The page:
Heading out of the country any time soon? An adventure awaits those intrepid enough to rent a car internationally and venture out beyond the airport. We’ve driven in two-dozen countries on four different continents, and we’ll admit that we still have an occasional moment where we find ourselves driving loops around a traffic circle, like Chevy Chase in European Vacation (“Look kids, Big Ben, Parliament!”) While sometimes challenging, driving abroad gives you the flexibility to get to those hard-to-reach places. A car also gives you a little more cargo room than a suitcase, another plus. But your rental experience doesn’t have to be like something out of a Griswold family adventure. Here are 10 lessons we’ve learn driving abroad through the years.
10. Learn to Drive a Stick
It has happened more than once on The Amazing Race — a team gets in a car, only to discover that neither member can drive a stick shift. Manual transmissions are far more common than automatics in most of the world, including Asia, Europe and Africa. Automatic transmissions are considered a luxury. Plus, renting an automatic transmission in some countries can often cost twice as much.
9. Learn the Difference Between Diesel and Unleaded
More than once we’ve pulled into a gas station in a foreign country, only to discover all of the pumps labeled in a foreign language. Knowing the difference between diesel and unleaded beforehand when it comes to filling up can save you a ruined engine. A good general rule is that diesel is less expensive than unleaded. In some developing countries, a roadside gas station is nothing more than a shack with 5-liter jugs filled with gasoline.
8. Remember These Tips For Driving on the Left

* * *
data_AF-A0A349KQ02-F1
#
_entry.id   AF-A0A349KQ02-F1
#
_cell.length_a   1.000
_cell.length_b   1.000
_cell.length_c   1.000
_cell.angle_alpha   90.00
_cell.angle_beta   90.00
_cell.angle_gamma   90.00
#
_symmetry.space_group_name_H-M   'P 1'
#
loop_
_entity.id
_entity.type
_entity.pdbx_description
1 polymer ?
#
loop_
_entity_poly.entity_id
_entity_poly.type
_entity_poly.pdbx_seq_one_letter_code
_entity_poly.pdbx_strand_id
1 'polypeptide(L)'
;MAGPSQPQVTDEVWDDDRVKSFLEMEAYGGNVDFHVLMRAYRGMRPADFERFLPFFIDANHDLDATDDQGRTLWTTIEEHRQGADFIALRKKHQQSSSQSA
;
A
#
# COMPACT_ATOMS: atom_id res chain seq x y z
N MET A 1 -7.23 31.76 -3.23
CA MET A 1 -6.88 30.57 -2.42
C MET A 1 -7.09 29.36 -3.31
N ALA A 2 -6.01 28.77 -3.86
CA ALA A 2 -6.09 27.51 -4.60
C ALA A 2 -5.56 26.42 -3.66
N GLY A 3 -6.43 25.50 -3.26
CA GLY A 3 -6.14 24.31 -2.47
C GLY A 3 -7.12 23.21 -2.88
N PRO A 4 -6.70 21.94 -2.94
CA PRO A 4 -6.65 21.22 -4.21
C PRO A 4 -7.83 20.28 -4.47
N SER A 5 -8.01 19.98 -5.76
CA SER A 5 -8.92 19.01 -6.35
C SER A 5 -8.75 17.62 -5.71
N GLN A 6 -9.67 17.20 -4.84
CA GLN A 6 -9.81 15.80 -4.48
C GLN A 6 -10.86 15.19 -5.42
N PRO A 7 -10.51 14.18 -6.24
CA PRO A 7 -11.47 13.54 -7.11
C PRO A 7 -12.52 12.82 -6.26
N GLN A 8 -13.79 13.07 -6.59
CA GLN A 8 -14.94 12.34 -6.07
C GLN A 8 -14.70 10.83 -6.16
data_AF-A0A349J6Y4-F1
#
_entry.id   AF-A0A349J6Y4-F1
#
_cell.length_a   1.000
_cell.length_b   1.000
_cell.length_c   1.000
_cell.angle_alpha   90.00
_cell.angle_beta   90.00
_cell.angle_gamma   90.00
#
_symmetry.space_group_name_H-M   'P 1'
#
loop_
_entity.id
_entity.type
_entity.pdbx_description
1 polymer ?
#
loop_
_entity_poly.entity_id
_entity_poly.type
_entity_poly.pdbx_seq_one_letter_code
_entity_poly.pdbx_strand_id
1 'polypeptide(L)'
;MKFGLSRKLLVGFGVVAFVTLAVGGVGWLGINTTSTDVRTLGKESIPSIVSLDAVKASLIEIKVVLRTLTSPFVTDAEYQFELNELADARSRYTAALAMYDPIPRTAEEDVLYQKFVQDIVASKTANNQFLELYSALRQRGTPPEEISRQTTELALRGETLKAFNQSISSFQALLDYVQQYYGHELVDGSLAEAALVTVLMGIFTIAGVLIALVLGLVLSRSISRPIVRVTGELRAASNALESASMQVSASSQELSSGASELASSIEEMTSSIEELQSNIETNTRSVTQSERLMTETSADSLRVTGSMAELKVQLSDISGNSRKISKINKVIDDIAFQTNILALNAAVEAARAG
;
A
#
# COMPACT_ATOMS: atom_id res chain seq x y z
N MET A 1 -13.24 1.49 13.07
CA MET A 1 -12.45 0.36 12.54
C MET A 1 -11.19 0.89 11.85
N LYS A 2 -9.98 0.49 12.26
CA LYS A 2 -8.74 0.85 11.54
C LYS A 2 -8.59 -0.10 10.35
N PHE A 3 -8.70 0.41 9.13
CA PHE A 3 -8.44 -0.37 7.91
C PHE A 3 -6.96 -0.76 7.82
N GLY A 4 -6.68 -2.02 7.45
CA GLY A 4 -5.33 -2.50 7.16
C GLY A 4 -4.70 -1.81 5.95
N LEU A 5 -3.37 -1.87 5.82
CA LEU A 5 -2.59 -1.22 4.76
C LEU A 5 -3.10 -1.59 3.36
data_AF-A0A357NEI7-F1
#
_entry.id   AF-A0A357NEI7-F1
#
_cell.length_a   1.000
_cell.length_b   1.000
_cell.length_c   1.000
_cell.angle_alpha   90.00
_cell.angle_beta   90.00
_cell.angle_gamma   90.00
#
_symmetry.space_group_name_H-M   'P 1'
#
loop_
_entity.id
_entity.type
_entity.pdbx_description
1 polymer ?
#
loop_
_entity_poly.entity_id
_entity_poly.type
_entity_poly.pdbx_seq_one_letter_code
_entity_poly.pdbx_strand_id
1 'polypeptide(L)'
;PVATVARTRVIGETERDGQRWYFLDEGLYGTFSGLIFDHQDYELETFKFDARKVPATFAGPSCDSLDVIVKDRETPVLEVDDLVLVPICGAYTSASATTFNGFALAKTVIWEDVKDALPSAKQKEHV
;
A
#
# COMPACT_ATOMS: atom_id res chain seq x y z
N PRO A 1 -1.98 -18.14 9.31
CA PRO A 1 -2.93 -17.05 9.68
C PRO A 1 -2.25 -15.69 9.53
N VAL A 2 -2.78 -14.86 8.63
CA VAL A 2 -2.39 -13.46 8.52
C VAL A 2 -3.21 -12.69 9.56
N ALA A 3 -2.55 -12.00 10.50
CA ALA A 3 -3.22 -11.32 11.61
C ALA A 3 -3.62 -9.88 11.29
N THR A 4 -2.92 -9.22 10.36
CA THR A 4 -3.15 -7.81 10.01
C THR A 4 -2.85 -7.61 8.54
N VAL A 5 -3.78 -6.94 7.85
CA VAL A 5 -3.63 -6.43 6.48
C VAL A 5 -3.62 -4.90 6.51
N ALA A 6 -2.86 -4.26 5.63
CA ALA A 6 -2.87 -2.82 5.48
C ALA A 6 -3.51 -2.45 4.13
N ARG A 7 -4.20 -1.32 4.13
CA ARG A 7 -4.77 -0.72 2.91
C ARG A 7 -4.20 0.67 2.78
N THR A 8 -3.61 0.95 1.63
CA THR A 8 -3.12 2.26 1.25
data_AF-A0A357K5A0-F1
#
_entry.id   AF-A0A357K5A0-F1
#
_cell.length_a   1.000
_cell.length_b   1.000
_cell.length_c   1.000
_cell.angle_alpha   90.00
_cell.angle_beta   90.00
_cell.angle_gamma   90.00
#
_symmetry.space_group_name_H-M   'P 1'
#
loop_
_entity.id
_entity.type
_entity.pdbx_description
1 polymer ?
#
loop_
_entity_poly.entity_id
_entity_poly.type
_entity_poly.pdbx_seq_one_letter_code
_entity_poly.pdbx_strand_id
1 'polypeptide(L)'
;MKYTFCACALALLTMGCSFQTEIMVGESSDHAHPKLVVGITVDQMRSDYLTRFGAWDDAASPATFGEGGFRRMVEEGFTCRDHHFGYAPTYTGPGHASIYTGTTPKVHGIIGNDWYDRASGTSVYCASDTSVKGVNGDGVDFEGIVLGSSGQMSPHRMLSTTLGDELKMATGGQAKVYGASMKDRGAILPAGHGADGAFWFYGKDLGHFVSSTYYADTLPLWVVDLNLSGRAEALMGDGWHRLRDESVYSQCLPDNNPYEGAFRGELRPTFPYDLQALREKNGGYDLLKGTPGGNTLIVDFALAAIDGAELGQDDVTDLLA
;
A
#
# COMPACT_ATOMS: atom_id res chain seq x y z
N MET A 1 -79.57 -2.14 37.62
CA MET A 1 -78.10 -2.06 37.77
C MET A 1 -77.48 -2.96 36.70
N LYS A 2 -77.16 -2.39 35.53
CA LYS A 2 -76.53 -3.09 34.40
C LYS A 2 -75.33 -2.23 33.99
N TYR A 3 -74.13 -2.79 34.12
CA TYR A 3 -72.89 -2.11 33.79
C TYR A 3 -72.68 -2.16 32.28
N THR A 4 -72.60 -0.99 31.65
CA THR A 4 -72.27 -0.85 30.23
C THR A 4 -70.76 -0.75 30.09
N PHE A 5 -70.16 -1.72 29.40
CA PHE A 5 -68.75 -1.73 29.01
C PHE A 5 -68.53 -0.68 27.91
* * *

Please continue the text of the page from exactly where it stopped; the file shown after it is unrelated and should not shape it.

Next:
If you’re headed to countries such as Japan, New Zealand, or the United Kingdom, you’ll have to learn to drive on the “wrong side of the road” very quickly. We find that we have to stay perpetually alert driving on the left side of the road, lest we suddenly veer over into oncoming traffic. Three cardinal rules to remember are to “stay left, look right (especially when entering a traffic circle), and give way to the right.” Many new drivers actually overcompensate, and I’ve hopped the curb staying too far left more than once. It takes me about a week to adjust, and after returning to the U.S. I actually find it hard to switch back for at least another week or so.
7. Some Urban Areas Are Easier to Explore on Foot
Learning to drive in a strange country in the heart of a big city is not for the timid. A good rule is to pick up a car in an urban area, then head for the rural towns. Heading back in to explore the big city, we prefer to simply target a parking garage and then head out on foot. Rural driving can present its own challenges as well, with narrow roads, wandering livestock, etc.
6. Practice Your Parallel Parking
Parallel parking is something the rest of the world does that Americans soon forget after they get their driver’s license. Most street parking, especially in Europe, involves the dreaded task of parallel parking. The concept is counterintuitive, and most novices approach parallel parking exactly the wrong way, trying to enter a spot nose first. You need to pull up next to the car ahead of the coveted spot as close as possible (that’s the parallel part), and then back around and into the spot, using the front steerable wheels to maneuver. I’m never ashamed to ask my wife to get out and spot (passengers have duties, too!) A skilled driver can insert a car in a spot only a foot longer than the length of the car. Of course, we once watched a local driver parallel park in Morocco by banging into each car. Ironically, Europeans actually seem to have a problem with diagonal street parking, placing cars at random, haphazard angles.